You can't rely on your cycle to keep your water clean for you. Activated carbon is a great filter media because it eliminates ammonia from the water.
Your "good bacteria" is going to need a place to live. Biowheels and small, hard plastic tubes are some of the most popular options for biological filtration. Truth be told, you can use just about any hard plastic material for your biological filtration. Just remember: it needs to be none porous and the more surface area the better. The more surface area a particular item has the more 'good bacteria' it can house.
Another good thing to have is oxygen. Airstones and good aeration through filtration is key. Why? Because, the "good bacteria" need oxygen in order to break down the different forms of nitrogen. So that air pump is good for the fish and the bacteria.
When you go through the process of cycling a tank, you are essentially going through the steps of the nitrogen cycle. The basic idea is that you are trying to "feed" the system chemicals with ammonia so that you can build up a strong culture of "good bacteria" to break down nitrogen.
This keeps the tank in balance and prevents ammonia and nitrite levels from becoming too high. Of course periodic water changes are needed to remove some of the ammonia, nitrites, and nitrates, and to introduce new water into the system. This keeps the cycle spinning as it should. Things like dead fish or plants or excess food through off the balance of the cycle.
As I have said before, when your tank is cycling you are going to see spikes in ammonia and nitrites. You will be tempted to do a water change. Don't. How can your tank go through the process of the nitrogen cycle if you won't let the nitrogen cycle do its thing?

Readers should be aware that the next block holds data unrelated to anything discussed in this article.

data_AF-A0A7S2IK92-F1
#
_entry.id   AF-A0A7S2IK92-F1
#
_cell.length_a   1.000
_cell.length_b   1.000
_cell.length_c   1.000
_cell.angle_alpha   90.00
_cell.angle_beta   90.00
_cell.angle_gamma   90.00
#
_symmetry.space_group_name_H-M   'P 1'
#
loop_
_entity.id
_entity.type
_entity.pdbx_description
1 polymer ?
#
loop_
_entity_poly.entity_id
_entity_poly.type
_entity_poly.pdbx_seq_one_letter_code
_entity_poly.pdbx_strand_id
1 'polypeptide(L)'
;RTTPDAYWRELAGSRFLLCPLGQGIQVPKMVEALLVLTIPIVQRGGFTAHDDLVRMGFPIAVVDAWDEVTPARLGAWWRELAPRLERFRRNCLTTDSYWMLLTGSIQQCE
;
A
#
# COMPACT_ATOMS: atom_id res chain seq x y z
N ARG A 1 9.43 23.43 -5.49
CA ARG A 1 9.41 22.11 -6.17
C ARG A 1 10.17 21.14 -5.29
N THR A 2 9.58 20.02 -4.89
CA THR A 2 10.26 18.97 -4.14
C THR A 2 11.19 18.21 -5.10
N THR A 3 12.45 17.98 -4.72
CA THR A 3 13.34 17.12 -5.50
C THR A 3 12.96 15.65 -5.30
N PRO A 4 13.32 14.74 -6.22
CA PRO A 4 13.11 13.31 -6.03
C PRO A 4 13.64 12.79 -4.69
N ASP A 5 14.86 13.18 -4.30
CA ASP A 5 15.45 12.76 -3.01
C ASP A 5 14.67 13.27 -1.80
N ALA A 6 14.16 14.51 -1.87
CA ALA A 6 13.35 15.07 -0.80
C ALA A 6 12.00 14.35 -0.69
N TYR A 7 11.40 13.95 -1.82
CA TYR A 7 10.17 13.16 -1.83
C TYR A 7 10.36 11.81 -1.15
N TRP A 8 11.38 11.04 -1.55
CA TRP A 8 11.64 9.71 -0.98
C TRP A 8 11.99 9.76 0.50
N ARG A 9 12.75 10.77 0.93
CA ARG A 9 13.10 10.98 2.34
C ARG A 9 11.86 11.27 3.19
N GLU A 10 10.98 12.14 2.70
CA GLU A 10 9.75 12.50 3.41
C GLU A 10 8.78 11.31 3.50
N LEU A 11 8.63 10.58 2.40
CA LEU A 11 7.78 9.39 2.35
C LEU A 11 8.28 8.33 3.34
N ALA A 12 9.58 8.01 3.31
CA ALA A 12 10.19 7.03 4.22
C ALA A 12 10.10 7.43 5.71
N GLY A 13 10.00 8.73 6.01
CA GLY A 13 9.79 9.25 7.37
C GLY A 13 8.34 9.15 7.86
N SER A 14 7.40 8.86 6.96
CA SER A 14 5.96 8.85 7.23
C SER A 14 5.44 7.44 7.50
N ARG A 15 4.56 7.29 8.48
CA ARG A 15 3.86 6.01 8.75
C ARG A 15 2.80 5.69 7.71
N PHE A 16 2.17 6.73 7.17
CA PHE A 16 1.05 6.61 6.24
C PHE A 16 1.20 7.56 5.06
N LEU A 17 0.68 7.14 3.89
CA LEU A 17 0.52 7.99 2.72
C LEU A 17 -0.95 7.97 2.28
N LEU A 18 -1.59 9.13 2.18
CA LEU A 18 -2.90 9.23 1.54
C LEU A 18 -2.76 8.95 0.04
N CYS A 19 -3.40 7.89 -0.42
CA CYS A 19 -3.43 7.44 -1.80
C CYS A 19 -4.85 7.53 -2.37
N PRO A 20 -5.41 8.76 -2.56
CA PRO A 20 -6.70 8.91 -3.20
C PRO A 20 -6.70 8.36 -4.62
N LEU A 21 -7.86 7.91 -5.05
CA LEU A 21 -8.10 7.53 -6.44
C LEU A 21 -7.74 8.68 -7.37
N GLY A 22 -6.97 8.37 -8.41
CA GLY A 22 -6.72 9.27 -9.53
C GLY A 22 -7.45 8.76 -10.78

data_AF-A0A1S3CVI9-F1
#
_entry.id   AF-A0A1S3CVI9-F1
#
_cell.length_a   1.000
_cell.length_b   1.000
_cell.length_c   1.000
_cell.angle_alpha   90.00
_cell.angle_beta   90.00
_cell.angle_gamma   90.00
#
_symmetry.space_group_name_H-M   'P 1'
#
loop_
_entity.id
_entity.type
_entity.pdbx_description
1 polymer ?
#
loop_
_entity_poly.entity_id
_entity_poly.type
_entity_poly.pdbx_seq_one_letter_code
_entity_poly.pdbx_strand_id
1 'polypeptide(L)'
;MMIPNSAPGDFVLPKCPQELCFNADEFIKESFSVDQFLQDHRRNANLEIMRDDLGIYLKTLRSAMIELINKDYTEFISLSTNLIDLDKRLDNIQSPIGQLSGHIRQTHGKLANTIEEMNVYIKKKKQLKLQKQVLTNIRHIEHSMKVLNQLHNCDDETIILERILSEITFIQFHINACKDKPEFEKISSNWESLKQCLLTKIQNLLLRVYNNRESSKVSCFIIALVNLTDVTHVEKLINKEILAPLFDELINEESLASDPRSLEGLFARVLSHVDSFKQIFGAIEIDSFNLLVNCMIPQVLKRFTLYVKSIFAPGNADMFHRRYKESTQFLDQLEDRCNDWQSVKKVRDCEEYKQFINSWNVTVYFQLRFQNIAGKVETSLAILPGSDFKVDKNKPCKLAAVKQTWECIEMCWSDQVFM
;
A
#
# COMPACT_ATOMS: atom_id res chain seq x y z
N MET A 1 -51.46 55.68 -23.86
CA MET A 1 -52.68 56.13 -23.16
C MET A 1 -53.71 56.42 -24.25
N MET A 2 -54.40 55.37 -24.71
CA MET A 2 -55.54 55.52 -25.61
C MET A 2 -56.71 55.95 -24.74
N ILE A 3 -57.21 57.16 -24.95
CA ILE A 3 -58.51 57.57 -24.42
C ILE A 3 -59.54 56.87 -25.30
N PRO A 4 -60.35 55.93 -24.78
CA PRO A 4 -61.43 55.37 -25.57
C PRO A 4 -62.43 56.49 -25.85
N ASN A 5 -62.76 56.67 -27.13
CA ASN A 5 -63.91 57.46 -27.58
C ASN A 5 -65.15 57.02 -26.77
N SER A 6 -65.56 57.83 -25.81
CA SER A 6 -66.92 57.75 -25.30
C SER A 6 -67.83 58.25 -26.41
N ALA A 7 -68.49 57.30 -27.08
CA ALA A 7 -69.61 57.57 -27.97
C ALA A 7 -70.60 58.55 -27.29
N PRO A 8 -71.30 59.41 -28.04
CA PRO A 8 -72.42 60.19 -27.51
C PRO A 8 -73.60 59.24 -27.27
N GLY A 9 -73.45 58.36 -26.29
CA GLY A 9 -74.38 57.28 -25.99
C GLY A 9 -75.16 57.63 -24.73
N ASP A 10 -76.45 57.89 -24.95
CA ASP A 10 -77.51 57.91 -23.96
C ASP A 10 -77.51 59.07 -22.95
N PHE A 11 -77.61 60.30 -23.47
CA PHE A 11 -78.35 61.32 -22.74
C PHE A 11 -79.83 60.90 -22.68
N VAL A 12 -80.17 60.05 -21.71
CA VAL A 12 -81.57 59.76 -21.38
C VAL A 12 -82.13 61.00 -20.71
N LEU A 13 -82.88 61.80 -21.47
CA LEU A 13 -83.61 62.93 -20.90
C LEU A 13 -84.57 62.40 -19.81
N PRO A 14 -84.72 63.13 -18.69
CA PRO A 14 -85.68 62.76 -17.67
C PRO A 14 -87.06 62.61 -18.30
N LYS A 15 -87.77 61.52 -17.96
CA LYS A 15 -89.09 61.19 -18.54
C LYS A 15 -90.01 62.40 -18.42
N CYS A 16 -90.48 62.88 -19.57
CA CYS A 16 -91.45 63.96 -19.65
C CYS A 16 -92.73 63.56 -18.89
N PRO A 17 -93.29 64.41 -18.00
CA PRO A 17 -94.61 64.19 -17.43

A small water change might be beneficial, like a 10%, but any more than that will do more damage than good. Remember if you do water changes, you are going to disrupt the cycle and it is going to take longer for your tank to reach a balance.
If you have already added fish to your tank, or if your established tank crashes, don't panic. You are still going to see spikes in ammonia and nitrites. This is normal; it's just the system trying to get balance.
Of course, having fish does make things a little more intense. You don't want to do water changes because you will disrupt the cycling process, but you can't let the ammonia and nitrite levels get so high that they become toxic. It is a delicate time to be sure.
What I recommend is allowing the levels to raise high enough so that they are just not toxic and then doing a small water change. Any more than that and your tank will not cycle. Yes, it will be stressful on the fish, but having a cycled tank is much better for them in the long run.
This article is accurate and true to the best of the author’s knowledge. It is not meant to substitute for diagnosis, prognosis, treatment, prescription, or formal and individualized advice from a veterinary medical professional. Animals exhibiting signs and symptoms of distress should be seen by a veterinarian immediately.